New York City is stepping up to the plate to help law enforcement and sexual-assault survivors in other jurisdictions in a big way.
Manhattan District Attorney Cyrus Vance Jr. joined “Law & Order: SVU” star Mariska Hargitay on Wednesday to announce that his office was making $35 million available to help other jurisdictions process their backlogs of untested sexual assault evidence kits.
New York City, which sent 17,000 untested “rape kits” for processing between 2000 and 2003, has served as a model for other cities that have struggled to deal with their backlogs of untested evidence. Of those 17,000 untested rape kits, the Manhattan District Attorney’s Office was able to file 49 criminal indictments from hits on cold cases.
“To have hundreds of thousands of rape kits untested is unacceptable,” Vance said in his office’s announcement. “Rape victims nationwide deserve to know that the invasive examination they underwent had a purpose, and the resulting kit was not left to gather dust on a forgotten shelf.”
Vance also stressed that helping law enforcement in other states eliminate their rape kit testing backlog will not only make New York City safer, but jurisdictions across the nation safer. “From California to New York, expanding the DNA databank helps every jurisdiction across the country seek justice and keep residents safe,” he said.
Vance’s press conference on Wednesday, featured Hargitay—who has been an outspoken advocate for victims through her Joyful Heart Foundation and has pressed law enforcement across the nation to test their untested sexual assault evidence—and Kym Worthy, the prosecutor in Michigan’s Wayne County, who helped gather resources to start to dig through a backlog of 11,000 untested rape kits discovered in an abandoned Detroit police warehouse in 2009.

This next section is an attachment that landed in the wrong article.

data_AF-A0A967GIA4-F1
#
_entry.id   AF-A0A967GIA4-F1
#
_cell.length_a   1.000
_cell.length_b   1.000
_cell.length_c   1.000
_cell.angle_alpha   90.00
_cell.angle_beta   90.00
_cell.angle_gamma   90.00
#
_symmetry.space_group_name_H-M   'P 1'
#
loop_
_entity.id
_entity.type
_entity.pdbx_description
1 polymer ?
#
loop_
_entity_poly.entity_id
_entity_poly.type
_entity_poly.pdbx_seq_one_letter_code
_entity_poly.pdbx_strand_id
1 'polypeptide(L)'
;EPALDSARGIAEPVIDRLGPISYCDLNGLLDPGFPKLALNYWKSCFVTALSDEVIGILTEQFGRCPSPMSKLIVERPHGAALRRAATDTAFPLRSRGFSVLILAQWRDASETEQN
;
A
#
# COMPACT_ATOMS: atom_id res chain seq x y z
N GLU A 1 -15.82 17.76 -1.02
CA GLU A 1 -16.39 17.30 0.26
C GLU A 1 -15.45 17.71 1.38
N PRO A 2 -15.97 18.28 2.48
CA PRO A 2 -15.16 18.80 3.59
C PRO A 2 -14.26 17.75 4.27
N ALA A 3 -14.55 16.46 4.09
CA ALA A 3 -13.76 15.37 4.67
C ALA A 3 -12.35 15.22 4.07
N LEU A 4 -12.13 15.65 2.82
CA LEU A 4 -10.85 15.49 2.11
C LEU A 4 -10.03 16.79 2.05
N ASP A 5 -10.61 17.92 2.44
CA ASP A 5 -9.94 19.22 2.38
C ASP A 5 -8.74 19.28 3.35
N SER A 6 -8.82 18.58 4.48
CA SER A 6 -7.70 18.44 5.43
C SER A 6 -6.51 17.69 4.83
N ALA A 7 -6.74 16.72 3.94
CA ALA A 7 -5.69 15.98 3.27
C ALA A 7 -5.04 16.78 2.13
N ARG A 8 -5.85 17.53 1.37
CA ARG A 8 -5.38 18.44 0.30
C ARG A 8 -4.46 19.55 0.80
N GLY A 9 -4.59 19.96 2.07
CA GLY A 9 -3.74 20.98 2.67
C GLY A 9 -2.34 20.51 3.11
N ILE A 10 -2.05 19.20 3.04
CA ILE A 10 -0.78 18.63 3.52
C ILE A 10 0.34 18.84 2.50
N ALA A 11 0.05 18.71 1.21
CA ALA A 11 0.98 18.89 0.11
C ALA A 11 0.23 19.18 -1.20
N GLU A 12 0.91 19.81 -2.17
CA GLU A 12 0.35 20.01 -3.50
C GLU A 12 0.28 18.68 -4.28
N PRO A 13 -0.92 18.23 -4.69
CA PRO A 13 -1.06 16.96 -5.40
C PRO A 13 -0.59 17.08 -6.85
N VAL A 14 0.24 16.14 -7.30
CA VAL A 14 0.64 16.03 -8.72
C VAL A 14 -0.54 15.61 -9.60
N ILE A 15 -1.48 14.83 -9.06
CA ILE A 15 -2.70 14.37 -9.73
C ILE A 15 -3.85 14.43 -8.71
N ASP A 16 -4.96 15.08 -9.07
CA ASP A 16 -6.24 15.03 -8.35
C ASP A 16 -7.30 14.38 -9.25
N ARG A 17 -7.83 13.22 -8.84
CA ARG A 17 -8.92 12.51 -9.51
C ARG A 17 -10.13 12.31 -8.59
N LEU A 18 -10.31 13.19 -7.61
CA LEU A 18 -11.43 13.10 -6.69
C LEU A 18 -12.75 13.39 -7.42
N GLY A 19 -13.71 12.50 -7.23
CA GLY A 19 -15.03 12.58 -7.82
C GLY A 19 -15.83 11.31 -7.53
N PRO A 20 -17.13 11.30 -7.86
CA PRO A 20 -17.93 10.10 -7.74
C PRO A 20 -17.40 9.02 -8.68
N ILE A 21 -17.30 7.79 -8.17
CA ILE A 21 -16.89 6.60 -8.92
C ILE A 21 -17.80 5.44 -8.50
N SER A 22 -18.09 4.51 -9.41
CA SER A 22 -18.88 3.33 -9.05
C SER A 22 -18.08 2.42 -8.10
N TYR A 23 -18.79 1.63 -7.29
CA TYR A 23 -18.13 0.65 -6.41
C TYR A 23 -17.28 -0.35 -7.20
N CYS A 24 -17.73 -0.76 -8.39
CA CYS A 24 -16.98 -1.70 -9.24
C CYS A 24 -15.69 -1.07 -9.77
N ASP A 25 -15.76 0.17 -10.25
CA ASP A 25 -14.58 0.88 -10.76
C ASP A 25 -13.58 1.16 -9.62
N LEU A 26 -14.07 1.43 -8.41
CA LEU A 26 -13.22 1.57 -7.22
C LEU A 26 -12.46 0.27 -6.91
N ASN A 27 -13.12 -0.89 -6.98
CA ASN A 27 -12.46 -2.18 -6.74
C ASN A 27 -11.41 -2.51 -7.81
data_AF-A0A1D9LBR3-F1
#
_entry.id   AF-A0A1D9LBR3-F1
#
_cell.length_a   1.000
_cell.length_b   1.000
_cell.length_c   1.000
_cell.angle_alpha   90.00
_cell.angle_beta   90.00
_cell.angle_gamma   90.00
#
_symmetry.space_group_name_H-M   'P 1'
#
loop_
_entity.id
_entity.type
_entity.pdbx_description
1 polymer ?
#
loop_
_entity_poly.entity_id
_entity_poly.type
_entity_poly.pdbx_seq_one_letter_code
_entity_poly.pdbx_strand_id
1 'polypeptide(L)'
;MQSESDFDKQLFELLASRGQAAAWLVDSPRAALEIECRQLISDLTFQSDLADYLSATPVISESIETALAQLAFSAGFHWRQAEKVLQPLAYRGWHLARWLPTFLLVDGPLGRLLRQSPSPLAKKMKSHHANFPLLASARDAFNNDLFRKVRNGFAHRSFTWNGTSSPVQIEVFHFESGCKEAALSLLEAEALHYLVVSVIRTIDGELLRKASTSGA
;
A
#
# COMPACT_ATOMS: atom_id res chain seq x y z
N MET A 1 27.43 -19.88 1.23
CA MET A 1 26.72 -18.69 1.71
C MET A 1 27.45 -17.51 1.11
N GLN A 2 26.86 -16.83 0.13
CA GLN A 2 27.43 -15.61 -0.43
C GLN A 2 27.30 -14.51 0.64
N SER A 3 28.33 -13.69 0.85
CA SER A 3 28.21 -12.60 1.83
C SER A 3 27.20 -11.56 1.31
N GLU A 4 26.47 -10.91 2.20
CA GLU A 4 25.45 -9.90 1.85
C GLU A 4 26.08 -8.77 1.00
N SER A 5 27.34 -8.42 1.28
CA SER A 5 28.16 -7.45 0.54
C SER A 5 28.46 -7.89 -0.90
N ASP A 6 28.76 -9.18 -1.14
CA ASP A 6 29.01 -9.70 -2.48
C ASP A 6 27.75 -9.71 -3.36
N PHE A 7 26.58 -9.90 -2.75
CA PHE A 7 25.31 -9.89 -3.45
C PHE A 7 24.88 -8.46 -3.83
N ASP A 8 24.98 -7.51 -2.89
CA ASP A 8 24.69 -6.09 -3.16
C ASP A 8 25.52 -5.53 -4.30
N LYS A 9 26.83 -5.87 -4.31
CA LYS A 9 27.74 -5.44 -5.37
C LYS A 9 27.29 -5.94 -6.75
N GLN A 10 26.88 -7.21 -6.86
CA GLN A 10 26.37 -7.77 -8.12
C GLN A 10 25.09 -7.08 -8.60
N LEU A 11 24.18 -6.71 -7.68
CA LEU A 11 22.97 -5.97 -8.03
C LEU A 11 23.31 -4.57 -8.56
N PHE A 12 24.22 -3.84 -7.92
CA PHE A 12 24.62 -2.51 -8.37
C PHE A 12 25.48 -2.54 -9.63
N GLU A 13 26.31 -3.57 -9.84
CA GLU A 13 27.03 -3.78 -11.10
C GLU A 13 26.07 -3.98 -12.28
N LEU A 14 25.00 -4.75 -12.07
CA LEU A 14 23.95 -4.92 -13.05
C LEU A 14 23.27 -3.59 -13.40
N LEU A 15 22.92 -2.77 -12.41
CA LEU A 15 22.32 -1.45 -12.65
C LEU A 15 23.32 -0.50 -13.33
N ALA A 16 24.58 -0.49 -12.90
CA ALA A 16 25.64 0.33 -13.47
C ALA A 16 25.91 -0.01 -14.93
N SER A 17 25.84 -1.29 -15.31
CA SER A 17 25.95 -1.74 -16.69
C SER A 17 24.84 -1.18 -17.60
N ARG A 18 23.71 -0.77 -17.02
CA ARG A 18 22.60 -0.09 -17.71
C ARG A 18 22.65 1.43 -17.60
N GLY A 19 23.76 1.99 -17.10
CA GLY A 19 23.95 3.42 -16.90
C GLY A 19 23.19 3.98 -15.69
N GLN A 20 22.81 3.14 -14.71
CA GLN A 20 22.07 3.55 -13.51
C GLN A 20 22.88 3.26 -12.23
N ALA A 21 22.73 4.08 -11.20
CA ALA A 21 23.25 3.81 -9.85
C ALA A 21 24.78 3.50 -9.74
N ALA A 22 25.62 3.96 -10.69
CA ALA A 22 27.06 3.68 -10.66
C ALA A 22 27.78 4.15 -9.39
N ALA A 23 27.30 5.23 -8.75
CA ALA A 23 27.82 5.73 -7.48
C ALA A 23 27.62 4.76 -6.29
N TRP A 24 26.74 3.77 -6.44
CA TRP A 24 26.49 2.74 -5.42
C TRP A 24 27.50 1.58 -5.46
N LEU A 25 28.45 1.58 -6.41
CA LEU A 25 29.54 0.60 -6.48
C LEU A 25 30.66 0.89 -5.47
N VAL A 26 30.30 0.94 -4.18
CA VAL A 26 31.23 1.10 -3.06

According to the Manhattan District Attorney’s Office’s announcement:
Wayne County Prosecutor Kym Worthy sought and received funding to test a random sample of 400 of those kits, which generated so many leads that the National Institute of Justice funded the testing of an additional 1,600 kits.
From that initial 2,000-kit sample, there were 473 hits in the national DNA database, including hits linking to crimes committed in 23 other states. The Wayne County Prosecutor’s Office identified 127 potential serial rapists, and obtained 14 convictions. Encouraged by those results, private donors contributed $150,000 to the initiative, and, in 2013, the Michigan State legislature set aside $4 million to test all of Detroit’s remaining kits.
In addition to helping to close some cold cases and convict serial rapists, the testing could help exonerate the wrongly convicted.
Although law enforcement in New York state will be given priority for the rape-kit testing funding, Vance’s office is encouraging jurisdictions from around the nation to apply.
That could include a city like Memphis, Tennessee, which is digging out from a backlog of 12,000 untested rape kits, which like in Detroit, could lead to law enforcement identifying potential serial rapists.
"Those are pretty astounding results [in Detroit] so I think it will be really interesting as Memphis tracks the hits they're getting and start getting information back," Sarah Tofte of the Joyful Heart Foundation said in March, according to LocalMemphis.com. "It's quite painful. On one hand, Detroit is being so transparent and they need to be applauded. It's hard to be so transparent about such grim news."
Vance’s office plans to share more of New York City’s experiences with processing its untested evidence.
According to his office’s announcement:
Over the coming weeks, the Office and its partners will publish a full set of “best practices” for collecting, testing, and effectively utilizing DNA found in rape kits, expanding on those developed in New York City and State over the past two decades, including:
- Performing a full audit of the jurisdiction’s untested rape kits,
- Testing each untested kit, or at the minimum, conducting a preliminary pilot program with the input of the District Attorney’s Office,
- Building and enhancing relations between police, prosecutors, and other key stakeholders,
- Adhering to a pre-established timeline and set of parameters and goals, and
- Creating mechanisms for information sharing, including DNA databases and tracking systems.
Also, Hargitay discusses the problem of untested rape kits and her Joyful Heart Foundation ...